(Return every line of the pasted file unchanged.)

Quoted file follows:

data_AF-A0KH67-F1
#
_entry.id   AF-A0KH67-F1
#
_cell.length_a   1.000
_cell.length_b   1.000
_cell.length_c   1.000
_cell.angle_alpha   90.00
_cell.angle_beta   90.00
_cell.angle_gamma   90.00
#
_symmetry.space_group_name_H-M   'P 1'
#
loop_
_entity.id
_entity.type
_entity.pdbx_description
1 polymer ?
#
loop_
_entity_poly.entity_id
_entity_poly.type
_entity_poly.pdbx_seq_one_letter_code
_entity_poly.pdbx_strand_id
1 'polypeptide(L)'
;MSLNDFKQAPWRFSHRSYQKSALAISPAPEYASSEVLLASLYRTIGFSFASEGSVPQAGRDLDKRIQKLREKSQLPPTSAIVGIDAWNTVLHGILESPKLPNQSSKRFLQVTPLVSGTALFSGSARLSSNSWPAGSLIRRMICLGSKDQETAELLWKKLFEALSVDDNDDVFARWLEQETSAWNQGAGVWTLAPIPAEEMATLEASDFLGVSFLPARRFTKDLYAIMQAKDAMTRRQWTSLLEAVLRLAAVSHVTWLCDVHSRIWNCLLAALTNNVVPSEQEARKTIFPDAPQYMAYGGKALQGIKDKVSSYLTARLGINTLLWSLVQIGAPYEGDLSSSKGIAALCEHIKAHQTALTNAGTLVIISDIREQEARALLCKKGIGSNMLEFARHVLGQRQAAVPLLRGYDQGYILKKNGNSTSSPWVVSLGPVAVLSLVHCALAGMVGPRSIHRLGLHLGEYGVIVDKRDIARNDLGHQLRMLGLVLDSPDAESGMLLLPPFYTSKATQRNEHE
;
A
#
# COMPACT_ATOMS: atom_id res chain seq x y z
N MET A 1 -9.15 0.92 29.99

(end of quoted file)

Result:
data_AF-A0KH67-F1
#
_entry.id   AF-A0KH67-F1
#
_cell.length_a   1.000
_cell.length_b   1.000
_cell.length_c   1.000
_cell.angle_alpha   90.00
_cell.angle_beta   90.00
_cell.angle_gamma   90.00
#
_symmetry.space_group_name_H-M   'P 1'
#
loop_
_entity.id
_entity.type
_entity.pdbx_description
1 polymer ?
#
loop_
_entity_poly.entity_id
_entity_poly.type
_entity_poly.pdbx_seq_one_letter_code
_entity_poly.pdbx_strand_id
1 'polypeptide(L)'
;MSLNDFKQAPWRFSHRSYQKSALAISPAPEYASSEVLLASLYRTIGFSFASEGSVPQAGRDLDKRIQKLREKSQLPPTSAIVGIDAWNTVLHGILESPKLPNQSSKRFLQVTPLVSGTALFSGSARLSSNSWPAGSLIRRMICLGSKDQETAELLWKKLFEALSVDDNDDVFARWLEQETSAWNQGAGVWTLAPIPAEEMATLEASDFLGVSFLPARRFTKDLYAIMQAKDAMTRRQWTSLLEAVLRLAAVSHVTWLCDVHSRIWNCLLAALTNNVVPSEQEARKTIFPDAPQYMAYGGKALQGIKDKVSSYLTARLGINTLLWSLVQIGAPYEGDLSSSKGIAALCEHIKAHQTALTNAGTLVIISDIREQEARALLCKKGIGSNMLEFARHVLGQRQAAVPLLRGYDQGYILKKNGNSTSSPWVVSLGPVAVLSLVHCALAGMVGPRSIHRLGLHLGEYGVIVDKRDIARNDLGHQLRMLGLVLDSPDAESGMLLLPPFYTSKATQRNEHE
;
A
#
# COMPACT_ATOMS: atom_id res chain seq x y z
N MET A 1 -9.15 0.92 29.99